Stephen told me I wasn't going to believe the quality of the wine for $7 retail. I was convinced Stephen would be right - I wouldn't believe him. Now, first off - it is a $7 wine. If you're expecting a big California style Pinot taste you're not going to get it. But at this price point --- the wine TASTED like Pinot Noir. That's the litmus test for me at the price. It's light in style and very drinkable.

My local Kroger supermarket has a palate of flipflop wines. The company is offering the Pinot, Pinot Grigio, Riesling,Chardonnay, Cabernet Sauvignon, Merlot, and Moscato - all selling for just $7 each. I tried the Pinot Grigio as well and thought it easily could have passed for a $15 bottle. (flipflop wines, SRP $7, Trade Sample, Recommended!)

Veramonte's Cruz Andina 2008 Malbec - This was a juicy Malbec made from grape regions Mendoza, Uco, and Lujan de Cuyo in Argentina. It's actually a blend of 85 percent Malbec, 8 percent Syrah, and 7 percent Cabernet.

I liked this SRP $19.99 wine a lot. I enjoyed the touch of raspberry and the wine's rich, long finish. This wine has a pretty strong oak presence that doesn't bother me at all, but will put off some wine drinkers. The alcohol is at 14.5 percent.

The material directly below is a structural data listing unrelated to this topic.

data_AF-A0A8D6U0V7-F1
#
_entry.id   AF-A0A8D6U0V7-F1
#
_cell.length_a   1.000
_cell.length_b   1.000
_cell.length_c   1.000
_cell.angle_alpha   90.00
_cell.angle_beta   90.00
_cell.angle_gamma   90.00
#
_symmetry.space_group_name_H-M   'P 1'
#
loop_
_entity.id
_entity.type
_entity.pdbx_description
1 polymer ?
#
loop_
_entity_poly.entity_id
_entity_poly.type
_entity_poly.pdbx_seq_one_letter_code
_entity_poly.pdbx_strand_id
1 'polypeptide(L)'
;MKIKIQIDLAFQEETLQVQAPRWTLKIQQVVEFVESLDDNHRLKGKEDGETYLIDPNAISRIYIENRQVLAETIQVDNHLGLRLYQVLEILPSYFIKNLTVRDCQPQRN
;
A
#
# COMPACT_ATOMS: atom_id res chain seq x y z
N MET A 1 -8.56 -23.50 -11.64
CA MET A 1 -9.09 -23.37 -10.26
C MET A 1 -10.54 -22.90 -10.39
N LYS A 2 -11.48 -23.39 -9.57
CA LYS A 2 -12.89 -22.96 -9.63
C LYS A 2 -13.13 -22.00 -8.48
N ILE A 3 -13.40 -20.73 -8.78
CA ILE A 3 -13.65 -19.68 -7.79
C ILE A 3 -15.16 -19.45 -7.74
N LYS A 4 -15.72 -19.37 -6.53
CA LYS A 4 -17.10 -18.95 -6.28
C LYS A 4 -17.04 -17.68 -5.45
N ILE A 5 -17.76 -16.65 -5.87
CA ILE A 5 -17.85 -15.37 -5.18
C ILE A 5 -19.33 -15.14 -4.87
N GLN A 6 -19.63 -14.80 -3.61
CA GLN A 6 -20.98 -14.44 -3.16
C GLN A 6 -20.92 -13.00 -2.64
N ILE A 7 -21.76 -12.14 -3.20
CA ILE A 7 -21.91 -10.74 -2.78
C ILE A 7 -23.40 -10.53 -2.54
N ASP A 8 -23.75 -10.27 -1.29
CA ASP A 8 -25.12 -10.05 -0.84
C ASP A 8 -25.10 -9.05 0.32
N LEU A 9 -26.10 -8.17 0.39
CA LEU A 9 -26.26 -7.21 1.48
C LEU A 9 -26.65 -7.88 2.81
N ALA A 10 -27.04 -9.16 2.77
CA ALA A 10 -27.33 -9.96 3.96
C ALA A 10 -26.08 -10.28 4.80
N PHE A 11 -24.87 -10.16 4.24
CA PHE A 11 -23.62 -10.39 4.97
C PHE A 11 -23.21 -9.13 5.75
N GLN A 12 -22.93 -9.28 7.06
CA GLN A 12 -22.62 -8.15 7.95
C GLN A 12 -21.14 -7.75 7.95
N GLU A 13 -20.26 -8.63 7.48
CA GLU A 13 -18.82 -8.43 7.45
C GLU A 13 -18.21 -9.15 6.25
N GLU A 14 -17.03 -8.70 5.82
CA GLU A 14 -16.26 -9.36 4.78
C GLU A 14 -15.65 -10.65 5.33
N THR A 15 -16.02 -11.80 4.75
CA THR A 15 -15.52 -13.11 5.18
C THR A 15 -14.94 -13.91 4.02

If you like big and full-flavored Malbecs, you'll like this one. (2008 Andina Malbec, SRP $19.99, Trade Sample, Recommended)

Veramonte 2010 Sauvignon Blanc - This was a disappointment for me. Chilean Sauv Blanc has become one of my favorites. This wine had huge grapefruit and hints of nasty sweat sock. It was quite acidic. The alcohol was a reasonable 13.5 percent and it's a real value at $12.

The Veramonte was medium bodied, but just too much mineral taste for my palate. This is a reputable winery, this white wine just wasn't suited to my palate. I have a bottle of their Pinot Noir I'm anxious to try. It's gotten a lot of accolades. (2010 Veramonte Sauvignon Blanc, $11.99, Trade Sample, Not Recommended)

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Friday, February 25, 2011

OTBN - Enough Reason to Open That Bottle!

Twelve years ago Open That Bottle Night was created by Dorothy J. Gaiter and John Brecher.